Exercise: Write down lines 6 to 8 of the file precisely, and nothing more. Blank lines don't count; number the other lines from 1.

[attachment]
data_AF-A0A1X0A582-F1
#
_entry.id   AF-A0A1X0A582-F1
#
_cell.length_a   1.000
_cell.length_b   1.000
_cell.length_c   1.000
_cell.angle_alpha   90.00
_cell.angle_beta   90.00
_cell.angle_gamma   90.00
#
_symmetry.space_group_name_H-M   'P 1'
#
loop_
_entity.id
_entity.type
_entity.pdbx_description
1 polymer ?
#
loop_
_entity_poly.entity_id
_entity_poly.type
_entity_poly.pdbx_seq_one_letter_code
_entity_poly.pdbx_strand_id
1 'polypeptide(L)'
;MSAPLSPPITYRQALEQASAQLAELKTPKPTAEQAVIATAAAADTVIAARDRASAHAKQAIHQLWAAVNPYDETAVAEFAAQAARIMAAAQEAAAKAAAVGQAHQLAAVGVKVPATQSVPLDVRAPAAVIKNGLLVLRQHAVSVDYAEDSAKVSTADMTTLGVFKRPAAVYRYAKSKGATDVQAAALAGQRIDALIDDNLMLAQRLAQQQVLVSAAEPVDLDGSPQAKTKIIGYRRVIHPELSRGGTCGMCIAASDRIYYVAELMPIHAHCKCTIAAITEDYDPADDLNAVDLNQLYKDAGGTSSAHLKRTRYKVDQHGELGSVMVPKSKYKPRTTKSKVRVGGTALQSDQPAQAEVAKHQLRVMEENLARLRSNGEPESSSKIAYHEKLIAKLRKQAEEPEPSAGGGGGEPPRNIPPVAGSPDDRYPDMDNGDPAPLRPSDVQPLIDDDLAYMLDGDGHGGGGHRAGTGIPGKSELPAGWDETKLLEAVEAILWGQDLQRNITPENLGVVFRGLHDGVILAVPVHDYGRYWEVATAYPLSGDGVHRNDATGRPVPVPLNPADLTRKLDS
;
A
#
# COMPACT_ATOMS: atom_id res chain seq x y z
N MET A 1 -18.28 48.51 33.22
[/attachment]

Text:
_cell.length_b   1.000
_cell.length_c   1.000
_cell.angle_alpha   90.00